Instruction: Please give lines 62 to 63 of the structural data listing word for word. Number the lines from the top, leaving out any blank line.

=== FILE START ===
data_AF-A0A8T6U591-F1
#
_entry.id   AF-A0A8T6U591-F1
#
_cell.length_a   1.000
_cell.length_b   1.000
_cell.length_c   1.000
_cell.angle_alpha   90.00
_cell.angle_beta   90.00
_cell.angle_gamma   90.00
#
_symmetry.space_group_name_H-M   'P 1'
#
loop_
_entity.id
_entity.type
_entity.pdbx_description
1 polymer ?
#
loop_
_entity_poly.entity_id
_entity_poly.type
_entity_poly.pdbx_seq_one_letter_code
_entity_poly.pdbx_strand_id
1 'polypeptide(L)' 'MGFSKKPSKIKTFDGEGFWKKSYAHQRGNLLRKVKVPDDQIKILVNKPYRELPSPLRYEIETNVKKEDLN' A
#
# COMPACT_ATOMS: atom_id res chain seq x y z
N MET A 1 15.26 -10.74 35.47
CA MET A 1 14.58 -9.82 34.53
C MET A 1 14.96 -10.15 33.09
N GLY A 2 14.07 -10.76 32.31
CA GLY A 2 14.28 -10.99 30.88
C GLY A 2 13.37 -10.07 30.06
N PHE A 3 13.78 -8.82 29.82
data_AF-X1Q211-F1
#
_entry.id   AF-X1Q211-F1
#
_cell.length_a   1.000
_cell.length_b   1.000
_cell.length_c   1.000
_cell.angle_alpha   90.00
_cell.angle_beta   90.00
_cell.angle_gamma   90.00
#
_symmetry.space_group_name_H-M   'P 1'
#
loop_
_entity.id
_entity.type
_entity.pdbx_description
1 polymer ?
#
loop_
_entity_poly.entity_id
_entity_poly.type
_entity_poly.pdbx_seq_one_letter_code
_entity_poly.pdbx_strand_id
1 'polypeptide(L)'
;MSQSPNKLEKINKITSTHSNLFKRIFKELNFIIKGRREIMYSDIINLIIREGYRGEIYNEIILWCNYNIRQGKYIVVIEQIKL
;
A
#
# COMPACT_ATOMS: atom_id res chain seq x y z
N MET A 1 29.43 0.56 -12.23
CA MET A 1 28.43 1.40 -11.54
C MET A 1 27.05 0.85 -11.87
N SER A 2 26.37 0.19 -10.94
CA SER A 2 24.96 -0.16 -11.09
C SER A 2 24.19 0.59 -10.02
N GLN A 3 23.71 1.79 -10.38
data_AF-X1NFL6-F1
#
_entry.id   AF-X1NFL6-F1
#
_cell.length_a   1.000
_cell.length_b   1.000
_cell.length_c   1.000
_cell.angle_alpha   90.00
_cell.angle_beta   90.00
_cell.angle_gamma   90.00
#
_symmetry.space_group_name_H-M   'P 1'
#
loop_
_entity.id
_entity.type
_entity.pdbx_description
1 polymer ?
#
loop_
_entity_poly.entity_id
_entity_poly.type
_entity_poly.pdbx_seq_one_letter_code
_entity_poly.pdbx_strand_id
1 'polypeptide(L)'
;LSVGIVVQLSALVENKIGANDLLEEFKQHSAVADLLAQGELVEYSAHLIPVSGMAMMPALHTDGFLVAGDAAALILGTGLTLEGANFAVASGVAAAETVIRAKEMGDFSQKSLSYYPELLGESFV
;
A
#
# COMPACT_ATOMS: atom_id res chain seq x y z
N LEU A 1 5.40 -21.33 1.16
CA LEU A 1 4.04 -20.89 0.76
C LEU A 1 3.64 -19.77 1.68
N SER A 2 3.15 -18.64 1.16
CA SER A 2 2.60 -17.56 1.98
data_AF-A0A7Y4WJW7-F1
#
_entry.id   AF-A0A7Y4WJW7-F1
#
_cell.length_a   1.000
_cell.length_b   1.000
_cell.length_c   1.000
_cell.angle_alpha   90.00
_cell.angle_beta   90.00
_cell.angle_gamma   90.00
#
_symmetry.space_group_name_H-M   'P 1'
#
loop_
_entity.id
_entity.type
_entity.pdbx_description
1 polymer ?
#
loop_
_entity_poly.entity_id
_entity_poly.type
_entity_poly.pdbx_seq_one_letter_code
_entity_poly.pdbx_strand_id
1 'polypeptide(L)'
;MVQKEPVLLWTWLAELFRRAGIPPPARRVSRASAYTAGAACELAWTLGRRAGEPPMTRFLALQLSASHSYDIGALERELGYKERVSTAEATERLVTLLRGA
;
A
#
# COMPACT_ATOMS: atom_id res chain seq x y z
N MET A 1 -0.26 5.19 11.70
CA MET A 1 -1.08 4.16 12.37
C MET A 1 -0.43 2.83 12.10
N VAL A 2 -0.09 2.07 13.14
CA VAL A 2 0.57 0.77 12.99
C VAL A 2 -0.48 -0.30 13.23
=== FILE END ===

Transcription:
A
#